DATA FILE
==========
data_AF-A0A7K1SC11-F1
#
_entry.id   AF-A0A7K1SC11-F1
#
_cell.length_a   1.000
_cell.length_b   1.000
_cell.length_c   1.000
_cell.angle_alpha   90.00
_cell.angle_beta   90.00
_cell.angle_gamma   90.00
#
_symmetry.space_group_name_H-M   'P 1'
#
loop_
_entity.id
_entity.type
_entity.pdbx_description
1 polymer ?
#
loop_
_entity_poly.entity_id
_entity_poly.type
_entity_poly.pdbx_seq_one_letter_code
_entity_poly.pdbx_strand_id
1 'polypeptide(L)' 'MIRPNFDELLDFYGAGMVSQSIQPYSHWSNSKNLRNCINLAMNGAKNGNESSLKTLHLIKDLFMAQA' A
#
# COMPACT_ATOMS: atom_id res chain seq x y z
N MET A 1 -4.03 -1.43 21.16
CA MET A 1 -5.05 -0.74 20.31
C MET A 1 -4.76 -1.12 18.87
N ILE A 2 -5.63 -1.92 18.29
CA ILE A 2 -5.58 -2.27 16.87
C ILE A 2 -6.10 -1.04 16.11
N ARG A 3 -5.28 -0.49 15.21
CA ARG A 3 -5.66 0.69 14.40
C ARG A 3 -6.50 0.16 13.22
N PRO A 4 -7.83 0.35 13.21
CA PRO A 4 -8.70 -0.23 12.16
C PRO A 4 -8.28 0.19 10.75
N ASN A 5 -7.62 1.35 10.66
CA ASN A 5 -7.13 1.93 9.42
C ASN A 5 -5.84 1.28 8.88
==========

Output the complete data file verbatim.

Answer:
data_AF-A0A7K1SC11-F1
#
_entry.id   AF-A0A7K1SC11-F1
#
_cell.length_a   1.000
_cell.length_b   1.000
_cell.length_c   1.000
_cell.angle_alpha   90.00
_cell.angle_beta   90.00
_cell.angle_gamma   90.00
#
_symmetry.space_group_name_H-M   'P 1'
#
loop_
_entity.id
_entity.type
_entity.pdbx_description
1 polymer ?
#
loop_
_entity_poly.entity_id
_entity_poly.type
_entity_poly.pdbx_seq_one_letter_code
_entity_poly.pdbx_strand_id
1 'polypeptide(L)' 'MIRPNFDELLDFYGAGMVSQSIQPYSHWSNSKNLRNCINLAMNGAKNGNESSLKTLHLIKDLFMAQA' A
#
# COMPACT_ATOMS: atom_id res chain seq x y z
N MET A 1 -4.03 -1.43 21.16
CA MET A 1 -5.05 -0.74 20.31
C MET A 1 -4.76 -1.12 18.87
N ILE A 2 -5.63 -1.92 18.29
CA ILE A 2 -5.58 -2.27 16.87
C ILE A 2 -6.10 -1.04 16.11
N ARG A 3 -5.28 -0.49 15.21
CA ARG A 3 -5.66 0.69 14.40
C ARG A 3 -6.50 0.16 13.22
N PRO A 4 -7.83 0.35 13.21
CA PRO A 4 -8.70 -0.23 12.16
C PRO A 4 -8.28 0.19 10.75
N ASN A 5 -7.62 1.35 10.66
CA ASN A 5 -7.13 1.93 9.42
C ASN A 5 -5.84 1.28 8.88